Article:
Discussions of materialism have exploded in recent years. From the speculative realism/materialism of Quentin Meillassoux to the New Materialism of many modern Marxisms, the interest in a return to or rehabilitation of materialism is on the rise. What is not analyzed in many of these discussions, however, is a trenchant methodological and metaphysical problem lying at the basis of any philosophical materialism: if matter is simply that which is other than thought, then how can it be thought without drawing it away from its materiality? On the other hand, if one assumes a direct access to matter, to this other, what are the conditions of that access? Are they material conditions or cognitive (thought) conditions? Does what would present itself immediately present, at the same time, the conditions that allow it to be presented? If not, then we are closer to a theology of matter and further from a philosophical materialism. The Thought of Matter investigates this metaphysical and methodological problem through Aristotle, Marx, Adorno, Althusser, Duns Scotus, Hobbes, and Benjamin in order to show that a philosophical materialism necessarily requires the concepts and tools of thought in order to allow the otherness of matter to emerge in its own materiality.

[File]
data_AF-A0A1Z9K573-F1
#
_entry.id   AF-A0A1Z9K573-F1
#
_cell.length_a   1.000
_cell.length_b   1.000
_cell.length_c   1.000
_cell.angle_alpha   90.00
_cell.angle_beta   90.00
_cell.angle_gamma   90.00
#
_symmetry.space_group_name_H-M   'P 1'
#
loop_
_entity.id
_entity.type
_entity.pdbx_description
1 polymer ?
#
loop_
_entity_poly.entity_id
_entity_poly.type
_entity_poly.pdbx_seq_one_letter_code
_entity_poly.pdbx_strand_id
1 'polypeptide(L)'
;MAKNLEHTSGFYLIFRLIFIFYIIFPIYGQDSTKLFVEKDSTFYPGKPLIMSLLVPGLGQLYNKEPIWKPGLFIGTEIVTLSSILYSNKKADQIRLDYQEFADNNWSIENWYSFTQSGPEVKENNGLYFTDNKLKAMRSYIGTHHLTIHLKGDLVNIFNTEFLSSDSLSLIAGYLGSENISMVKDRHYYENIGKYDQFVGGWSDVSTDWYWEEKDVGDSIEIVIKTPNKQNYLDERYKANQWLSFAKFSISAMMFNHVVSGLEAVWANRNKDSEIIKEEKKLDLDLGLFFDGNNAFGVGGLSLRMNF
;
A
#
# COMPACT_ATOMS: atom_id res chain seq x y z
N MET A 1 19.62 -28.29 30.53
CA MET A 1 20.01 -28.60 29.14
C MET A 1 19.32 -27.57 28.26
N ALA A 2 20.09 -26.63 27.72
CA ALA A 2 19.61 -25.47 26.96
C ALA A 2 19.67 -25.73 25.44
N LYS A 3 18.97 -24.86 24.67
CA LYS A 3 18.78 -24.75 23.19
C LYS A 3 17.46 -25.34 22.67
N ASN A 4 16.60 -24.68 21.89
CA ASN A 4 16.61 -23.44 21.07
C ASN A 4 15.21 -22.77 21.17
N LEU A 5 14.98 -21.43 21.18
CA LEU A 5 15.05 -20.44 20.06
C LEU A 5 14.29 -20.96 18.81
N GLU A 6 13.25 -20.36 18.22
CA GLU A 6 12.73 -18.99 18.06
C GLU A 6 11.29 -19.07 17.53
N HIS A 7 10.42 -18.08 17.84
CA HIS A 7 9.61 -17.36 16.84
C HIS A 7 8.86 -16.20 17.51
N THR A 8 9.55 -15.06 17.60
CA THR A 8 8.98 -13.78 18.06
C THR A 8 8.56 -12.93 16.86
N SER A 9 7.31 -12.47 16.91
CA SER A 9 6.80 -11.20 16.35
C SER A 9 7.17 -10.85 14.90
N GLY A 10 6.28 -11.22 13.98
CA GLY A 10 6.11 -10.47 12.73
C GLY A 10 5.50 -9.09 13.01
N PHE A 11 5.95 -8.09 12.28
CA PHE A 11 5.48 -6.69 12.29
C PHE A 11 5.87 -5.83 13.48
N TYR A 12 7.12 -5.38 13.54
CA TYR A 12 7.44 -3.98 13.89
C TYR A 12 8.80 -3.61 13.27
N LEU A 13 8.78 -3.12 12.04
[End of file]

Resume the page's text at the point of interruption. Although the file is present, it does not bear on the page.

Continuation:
Dedication / Acknowledgements / Introduction / 1. Aristotle’s Errant Path / 2. Marx, Althusser and Adorno / 3. Duns Scotus: Materiality as Singularity / 4. Hobbes on Materialism as Social Philosophy / 5. Benjamin and Adorno on the Social Need for Materialism / Bibliography / Index
Richard A. Lee Jr. is Professor of Philosophy at DePaul University. He is the author of The Force of Reason and the Logic of Force (2004) and Science, the Singular, and the Question of Theology (2002).
Only Richard A. Lee could have written this book. Who else moves with such facility among these thinkers of both the distant past and the urgent present? Lee expertly reads Aristotle, Scotus, Hobbes, Marx, Benjamin, Adorno, and Althusser, involving them all in a thrilling conversation about a vital philosophical issue—the profound challenge that matter poses to thinking.
Lee’s subtle and original study offers a far-reaching account of matter as that which is other than thought, and of the resulting problem of how thought can think what is other to it. His brilliant and insightful readings of thinkers from Aristotle to Adorno (via Marx, Duns Scotus and
Hobbes) have profound implications for both the promise and the power of philosophy today.